A second Happy Birthday Pope Benedict post today. See my earlier post Pope Benedict In His Private Chapel Prays With His Brother Before His 85 Birthday ( Pic )
An interesting montage of photos of the Pope for his 85th Birthday. I always thought he was handsome young man looking at the photos. He also as we know is one of those men blessed to keep all his abundant hair into old age.
Two interesting articles related to this today. First A Rare Pope: With a Sense of Humor . The Vatican Newspaper also had an an Italian newspaper artice I liked which is translated here , and which I will copy below.
Benedict XVI and the prophetic
notes of Kipling's 'Recessional'
The tumult and the shouting dies — The Captains and the Kings depart”…
Seven years have passed, and the tumult and the shouting that accompanied the death and the funeral of John Paul II are long gone. The captains and the kings who gathered around a bare cypress coffin returned shortly to their thrones.
And a few days later, a 78-year-old cardinal was elected to the Chair of Peter. To confront a legacy from a Pontificate that had been dramatic and resplendent, which swept through the Church like a cyclone, restoring to the faithful their pride in being Catholic, pride in the faith, and bearing along a people made up of saints and sinners, heroes and brigands, as men ever have been.
I was reading 'Recessional", the hymn that Rudyard Kipling wrote for the golden jubilee of Queen Victoria's reign in 1897, when the wings of Empire were spread wide across the world. And suddenly, the image of Papa Ratzinger came to mind. Not because pf any resemblance to Victoria. But because 'Recessional', far from being a cry of triumph, though it mentions great enterprises and power, speaks of the danger of arrogance and forgetting God.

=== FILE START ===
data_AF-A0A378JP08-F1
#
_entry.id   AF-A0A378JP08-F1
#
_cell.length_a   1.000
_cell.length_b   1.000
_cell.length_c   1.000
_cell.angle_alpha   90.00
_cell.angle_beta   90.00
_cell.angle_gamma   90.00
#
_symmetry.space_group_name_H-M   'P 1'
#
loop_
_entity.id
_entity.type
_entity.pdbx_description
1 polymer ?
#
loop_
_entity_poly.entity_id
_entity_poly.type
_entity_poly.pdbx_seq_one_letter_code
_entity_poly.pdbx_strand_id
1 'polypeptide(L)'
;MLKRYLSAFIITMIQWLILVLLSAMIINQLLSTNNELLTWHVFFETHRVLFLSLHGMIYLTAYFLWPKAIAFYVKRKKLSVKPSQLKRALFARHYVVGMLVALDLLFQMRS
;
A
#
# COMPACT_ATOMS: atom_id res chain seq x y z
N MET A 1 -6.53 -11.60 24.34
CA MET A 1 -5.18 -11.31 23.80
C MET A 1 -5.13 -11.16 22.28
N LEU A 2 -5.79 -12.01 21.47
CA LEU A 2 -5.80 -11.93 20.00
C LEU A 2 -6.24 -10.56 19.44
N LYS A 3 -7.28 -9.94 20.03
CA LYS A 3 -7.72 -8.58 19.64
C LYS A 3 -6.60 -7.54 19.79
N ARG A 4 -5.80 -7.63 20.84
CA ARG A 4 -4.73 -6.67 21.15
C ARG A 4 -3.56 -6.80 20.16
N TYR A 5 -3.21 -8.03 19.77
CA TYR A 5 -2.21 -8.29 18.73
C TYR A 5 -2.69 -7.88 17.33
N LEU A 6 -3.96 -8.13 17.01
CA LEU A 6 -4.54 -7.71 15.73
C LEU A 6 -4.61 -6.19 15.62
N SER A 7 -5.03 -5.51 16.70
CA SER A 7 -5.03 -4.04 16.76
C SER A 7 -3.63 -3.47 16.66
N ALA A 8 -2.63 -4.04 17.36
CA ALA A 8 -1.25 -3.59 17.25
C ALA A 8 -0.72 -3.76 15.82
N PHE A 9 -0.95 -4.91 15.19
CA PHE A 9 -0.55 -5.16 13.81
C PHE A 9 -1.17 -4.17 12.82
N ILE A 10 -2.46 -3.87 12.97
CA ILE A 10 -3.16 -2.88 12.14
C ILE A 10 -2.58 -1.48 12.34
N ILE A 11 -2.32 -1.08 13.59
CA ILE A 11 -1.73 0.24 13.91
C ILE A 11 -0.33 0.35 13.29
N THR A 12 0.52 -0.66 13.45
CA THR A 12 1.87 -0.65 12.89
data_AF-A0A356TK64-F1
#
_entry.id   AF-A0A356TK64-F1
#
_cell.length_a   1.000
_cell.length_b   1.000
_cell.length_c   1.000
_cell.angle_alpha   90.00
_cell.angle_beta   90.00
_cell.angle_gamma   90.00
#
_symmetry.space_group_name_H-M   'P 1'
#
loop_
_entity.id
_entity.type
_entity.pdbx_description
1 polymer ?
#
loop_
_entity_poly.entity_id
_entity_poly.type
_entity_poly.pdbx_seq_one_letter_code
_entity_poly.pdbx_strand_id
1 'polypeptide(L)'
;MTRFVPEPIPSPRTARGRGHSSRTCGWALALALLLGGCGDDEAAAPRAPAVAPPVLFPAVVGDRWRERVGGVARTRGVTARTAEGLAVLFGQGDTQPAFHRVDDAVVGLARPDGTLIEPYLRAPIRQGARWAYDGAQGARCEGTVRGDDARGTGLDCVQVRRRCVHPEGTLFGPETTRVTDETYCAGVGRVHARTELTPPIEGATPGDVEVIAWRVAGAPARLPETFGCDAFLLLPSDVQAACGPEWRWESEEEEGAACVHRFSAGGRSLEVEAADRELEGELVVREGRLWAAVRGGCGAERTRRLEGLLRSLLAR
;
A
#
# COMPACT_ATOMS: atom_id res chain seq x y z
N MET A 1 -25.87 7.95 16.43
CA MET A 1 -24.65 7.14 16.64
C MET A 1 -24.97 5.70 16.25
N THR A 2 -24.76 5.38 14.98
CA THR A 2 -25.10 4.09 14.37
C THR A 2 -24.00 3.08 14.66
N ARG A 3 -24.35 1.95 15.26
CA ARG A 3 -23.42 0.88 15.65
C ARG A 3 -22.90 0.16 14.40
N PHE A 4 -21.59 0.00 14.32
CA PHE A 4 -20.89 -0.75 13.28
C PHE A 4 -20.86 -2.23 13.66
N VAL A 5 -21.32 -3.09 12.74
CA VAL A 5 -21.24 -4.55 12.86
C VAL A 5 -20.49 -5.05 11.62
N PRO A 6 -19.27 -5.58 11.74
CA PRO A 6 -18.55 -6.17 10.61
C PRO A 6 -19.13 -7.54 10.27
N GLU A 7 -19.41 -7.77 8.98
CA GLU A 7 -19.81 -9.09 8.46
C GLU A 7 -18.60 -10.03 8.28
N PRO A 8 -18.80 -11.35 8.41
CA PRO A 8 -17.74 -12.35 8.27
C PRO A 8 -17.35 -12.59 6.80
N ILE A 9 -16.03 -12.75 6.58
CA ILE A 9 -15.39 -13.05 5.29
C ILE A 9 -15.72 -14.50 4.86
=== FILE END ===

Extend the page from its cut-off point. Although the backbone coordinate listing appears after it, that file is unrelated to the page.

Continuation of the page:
I thought of the words of Joseph Ratzinger on Good Friday 2005, and later: about 'the filth in the Church", that boat tossed about by waves and springing leaks; and later the appeal, "Do not leave me alone - pray for me that I may not flee in fear from the wolves".
How great is the solitude of a Pope, of this one in particular, we often see - even when he has the comfort of the affection of all the humble faithful around the world. But how tough, dark and difficult is the mission he must carry out, to sustain, to correct and to restore order in a magma-like Catholic world - this is less evident to many.
The final message in Recessional must be Benedict's too, asking God's mercy “For heathen heart that puts her trust in reeking tube and iron shard — All valiant dust that builds on dust”, which is true for his Church and the rest of mankind.
In his great poem, Kipling sensed - with the foresight of poets - a world about to shatter, engulfed in pride and the will to power among the leaders of the world - that would lead to the folly of the Great War and the worse madnesses that followed it.
Benedict XVI's voice often resounds with the same prophetic accents. Ad multos annos, Santita! The world has need of your voice.